Middleton Railway Museum prepares for reopening with new acquisitions

Volunteers John MacDonald, Allison Bell and Rick Jacques stand in front of the newly placed Plymouth shunting engine at the Middleton Railway Museum.  (Lawrence Powell/Middleton Railway Museum - image credit)
Volunteers John MacDonald, Allison Bell and Rick Jacques stand in front of the newly placed Plymouth shunting engine at the Middleton Railway Museum. (Lawrence Powell/Middleton Railway Museum - image credit)

The tracks at the Middleton Railway Museum may seem to lead nowhere.

But for railway aficionados, they lead to memories of a time when trains were the economic lifeblood of Nova Scotia.

The museum has been closed for the past two years due to the pandemic, but a team of volunteers has been busy with renovations and acquisitions ahead of a planned reopening in the spring, according to volunteer Lawrence Powell.

On Dec. 29, the Middleton-based museum added new equipment to its collection, including a tender and two shunting engines, known as industry engines, from the Museum of Industry in Stellarton.

John MacDonald, a volunteer who worked to get the new acquisitions, said it was the first of three truckloads of equipment donated by the Stellarton museum and the province.

MacDonald's favourite of the pieces is the tender, a car that goes behind a steam locomotive and provides coal and water.

"A corrugated kind of hose there would hook up to the steam locomotive and ... allowed the water to go to the locomotive to produce steam when the locomotive was hot-fired from the coal," he said

"We don't know for sure, but we believe it could be the only slant-back tender left in North America. And here it is on our lawn today."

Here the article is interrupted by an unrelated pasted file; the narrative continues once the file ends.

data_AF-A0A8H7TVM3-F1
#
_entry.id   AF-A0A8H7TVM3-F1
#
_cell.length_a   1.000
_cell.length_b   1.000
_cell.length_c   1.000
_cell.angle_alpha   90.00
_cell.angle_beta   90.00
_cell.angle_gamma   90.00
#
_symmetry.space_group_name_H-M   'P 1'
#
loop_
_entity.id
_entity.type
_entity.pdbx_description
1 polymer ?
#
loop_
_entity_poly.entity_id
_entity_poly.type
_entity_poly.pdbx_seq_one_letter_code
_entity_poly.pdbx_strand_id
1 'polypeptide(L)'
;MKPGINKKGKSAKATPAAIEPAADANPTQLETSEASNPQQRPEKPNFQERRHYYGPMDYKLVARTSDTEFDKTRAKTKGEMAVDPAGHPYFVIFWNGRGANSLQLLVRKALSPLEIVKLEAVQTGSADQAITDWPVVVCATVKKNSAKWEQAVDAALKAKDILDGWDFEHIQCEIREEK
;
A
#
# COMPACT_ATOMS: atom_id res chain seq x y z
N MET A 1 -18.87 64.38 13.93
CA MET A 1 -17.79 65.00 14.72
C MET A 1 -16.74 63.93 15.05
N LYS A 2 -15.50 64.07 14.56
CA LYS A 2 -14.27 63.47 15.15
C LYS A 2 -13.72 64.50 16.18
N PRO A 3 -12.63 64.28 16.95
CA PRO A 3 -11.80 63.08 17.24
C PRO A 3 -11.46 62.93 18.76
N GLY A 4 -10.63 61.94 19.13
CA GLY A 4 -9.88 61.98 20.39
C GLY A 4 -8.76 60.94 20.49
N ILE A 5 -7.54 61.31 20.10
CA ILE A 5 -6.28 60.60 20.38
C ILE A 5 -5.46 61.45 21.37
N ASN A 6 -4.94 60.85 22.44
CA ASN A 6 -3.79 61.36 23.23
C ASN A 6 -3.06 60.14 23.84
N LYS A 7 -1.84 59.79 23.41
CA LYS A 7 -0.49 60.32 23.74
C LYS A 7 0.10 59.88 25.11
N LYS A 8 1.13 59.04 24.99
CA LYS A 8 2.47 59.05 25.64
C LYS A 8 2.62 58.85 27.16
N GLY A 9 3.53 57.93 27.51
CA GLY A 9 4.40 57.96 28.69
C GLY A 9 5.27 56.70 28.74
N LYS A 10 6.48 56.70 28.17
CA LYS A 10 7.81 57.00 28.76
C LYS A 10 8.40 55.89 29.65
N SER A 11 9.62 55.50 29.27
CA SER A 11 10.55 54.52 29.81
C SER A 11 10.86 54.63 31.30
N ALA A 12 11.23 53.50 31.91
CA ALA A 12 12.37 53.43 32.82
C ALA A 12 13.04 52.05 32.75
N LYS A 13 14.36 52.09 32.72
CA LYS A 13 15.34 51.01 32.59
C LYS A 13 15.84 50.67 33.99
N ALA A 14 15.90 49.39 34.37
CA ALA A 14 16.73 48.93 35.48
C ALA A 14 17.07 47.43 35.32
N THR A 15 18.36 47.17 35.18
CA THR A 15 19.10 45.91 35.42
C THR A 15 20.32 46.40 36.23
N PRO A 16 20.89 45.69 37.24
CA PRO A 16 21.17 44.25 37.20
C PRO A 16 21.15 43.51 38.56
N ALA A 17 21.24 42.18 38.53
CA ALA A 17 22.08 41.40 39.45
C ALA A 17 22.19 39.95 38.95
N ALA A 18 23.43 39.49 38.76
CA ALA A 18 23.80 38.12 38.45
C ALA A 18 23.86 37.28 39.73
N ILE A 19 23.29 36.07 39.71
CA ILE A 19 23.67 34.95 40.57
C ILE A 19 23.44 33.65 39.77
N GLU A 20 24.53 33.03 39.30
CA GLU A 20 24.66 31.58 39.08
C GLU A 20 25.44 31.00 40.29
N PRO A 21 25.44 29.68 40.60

Lawrence Powell/Middleton Railway Museum
Lawrence Powell/Middleton Railway Museum

Slant-back tenders, also known as slope-back tenders, allowed the train engineer a better look at the surroundings in the train yard.

Shunting engines

He said one of the shunting engines, called a Plymouth, was used to transport stones from the Wallace quarry. Stones from the quarry were used to build the Nova Scotia legislature.

The other engine, called a Vulcan, worked at the Bowater Mersey Pulp Mill in Brooklyn, N.S. It would have moved logs to the mill to be turned into pulp and then taken the finished product back out to the main railway line, according to Powell.

In creating a glimpse into the rail history of Nova Scotia, Powell said it was important that the museum conveyed the full extent of the significance of rail in the province.

"It is the romance and the glamour, the nostalgia," he said. "But it's also about the economy and the local economy and how the railway opened it up and how you could move goods from the valley, for instance, apples."

Lawrence Powell/Middleton Railway Museum
Lawrence Powell/Middleton Railway Museum

Powell said community involvement has been an important part of the development of the museum and they have benefited from community suggestions, stories and donations.

Student involvement

Additionally, he said, the museum has involved students and young people in what they do, including volunteer work from Lawrencetown Education Centre and Middleton Regional High School students.

Powell said there are generations of people in the Annapolis Valley who have never even seen a train, and the museum will let them see and touch one.

Volunteers have been hard at work getting the museum ready for reopening later this year, Powell said. The work includes renovations to the main building that include replacing the shingles.

Lawrence Powell/Middleton Railway Museum
Lawrence Powell/Middleton Railway Museum

In addition to the new equipment that will be on display when the museum reopens, there will also be a large model railway.

It will depict the railway running through the Annapolis Valley to Windsor, and will include an elaborate display of Grand Pré, Powell said.

Lawrence Powell/Middleton Railway Museum
Lawrence Powell/Middleton Railway Museum

He said the museum has inherited a large number of photographs over the years and they are being digitized so they can be turned into slide shows and interpretive exhibits.

The response to the reopening efforts has been overwhelming, Powell said.

"People have been eager, almost tripping over themselves, to help us," he said.

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